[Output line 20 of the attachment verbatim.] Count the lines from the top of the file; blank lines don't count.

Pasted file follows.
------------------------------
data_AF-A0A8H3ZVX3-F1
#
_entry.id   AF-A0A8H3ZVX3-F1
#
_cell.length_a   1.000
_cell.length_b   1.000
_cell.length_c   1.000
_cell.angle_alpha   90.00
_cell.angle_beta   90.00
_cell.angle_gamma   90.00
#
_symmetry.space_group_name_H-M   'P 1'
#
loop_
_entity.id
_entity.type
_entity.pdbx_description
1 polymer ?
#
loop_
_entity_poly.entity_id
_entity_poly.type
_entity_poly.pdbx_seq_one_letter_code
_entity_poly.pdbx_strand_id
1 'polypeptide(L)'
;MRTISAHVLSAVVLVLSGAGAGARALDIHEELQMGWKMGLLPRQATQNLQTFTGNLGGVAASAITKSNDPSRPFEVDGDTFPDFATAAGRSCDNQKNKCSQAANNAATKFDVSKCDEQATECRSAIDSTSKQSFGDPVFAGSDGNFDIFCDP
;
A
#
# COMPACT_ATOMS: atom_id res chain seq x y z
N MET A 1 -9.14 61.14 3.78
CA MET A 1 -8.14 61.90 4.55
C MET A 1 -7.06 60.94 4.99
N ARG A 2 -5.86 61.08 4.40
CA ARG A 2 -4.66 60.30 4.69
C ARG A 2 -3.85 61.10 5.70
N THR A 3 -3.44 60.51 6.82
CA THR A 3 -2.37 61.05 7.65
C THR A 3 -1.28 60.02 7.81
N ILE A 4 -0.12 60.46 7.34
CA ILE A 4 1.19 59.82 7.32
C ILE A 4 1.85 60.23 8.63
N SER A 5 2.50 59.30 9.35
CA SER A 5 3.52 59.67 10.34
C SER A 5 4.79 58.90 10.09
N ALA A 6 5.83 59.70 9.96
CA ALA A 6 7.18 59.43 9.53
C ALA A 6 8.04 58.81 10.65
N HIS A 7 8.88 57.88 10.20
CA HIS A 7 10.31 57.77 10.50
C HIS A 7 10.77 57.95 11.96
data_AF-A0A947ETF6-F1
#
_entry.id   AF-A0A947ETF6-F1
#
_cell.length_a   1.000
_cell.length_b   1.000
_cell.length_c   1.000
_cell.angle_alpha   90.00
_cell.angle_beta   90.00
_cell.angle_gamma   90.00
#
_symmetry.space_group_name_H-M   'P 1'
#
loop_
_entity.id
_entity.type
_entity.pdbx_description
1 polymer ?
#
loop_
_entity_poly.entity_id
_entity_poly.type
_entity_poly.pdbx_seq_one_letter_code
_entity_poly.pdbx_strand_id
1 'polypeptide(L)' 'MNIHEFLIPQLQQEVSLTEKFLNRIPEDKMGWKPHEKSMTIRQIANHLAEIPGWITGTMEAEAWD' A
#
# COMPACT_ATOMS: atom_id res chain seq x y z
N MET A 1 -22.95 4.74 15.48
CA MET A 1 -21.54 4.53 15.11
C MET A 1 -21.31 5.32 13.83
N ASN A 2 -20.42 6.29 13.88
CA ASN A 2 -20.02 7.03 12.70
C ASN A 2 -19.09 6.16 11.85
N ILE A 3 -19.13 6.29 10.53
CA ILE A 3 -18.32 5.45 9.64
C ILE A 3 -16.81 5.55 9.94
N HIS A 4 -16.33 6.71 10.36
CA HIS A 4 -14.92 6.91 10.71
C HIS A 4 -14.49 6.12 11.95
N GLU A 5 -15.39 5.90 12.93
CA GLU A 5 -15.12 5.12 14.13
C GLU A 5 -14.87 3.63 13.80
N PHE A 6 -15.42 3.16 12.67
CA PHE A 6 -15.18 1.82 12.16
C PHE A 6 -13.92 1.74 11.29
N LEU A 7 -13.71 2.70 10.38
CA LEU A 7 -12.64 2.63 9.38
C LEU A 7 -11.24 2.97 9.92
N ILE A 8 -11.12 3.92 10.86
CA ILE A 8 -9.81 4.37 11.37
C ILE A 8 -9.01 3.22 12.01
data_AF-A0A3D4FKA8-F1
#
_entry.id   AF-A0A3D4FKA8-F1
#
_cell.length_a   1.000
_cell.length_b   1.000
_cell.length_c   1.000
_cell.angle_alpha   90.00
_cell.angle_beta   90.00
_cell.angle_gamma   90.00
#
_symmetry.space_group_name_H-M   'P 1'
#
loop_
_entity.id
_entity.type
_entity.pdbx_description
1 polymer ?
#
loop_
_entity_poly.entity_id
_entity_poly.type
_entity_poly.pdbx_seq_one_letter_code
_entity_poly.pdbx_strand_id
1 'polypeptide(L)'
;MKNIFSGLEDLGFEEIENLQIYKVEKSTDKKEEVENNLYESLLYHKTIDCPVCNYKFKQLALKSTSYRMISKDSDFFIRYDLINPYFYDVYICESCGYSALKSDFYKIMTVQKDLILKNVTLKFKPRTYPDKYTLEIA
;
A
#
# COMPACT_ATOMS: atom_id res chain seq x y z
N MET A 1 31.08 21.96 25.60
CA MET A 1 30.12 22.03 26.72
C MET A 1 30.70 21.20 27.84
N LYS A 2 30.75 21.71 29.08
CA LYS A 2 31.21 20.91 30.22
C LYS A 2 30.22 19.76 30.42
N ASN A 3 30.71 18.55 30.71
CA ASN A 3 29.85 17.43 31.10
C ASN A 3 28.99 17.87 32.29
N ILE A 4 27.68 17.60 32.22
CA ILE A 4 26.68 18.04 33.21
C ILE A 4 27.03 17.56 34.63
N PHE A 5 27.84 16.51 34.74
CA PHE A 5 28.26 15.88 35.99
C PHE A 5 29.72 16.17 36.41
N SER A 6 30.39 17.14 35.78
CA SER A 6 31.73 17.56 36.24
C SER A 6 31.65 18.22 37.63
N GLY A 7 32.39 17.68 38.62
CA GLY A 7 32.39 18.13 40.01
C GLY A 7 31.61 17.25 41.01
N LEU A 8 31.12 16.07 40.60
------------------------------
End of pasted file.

loop_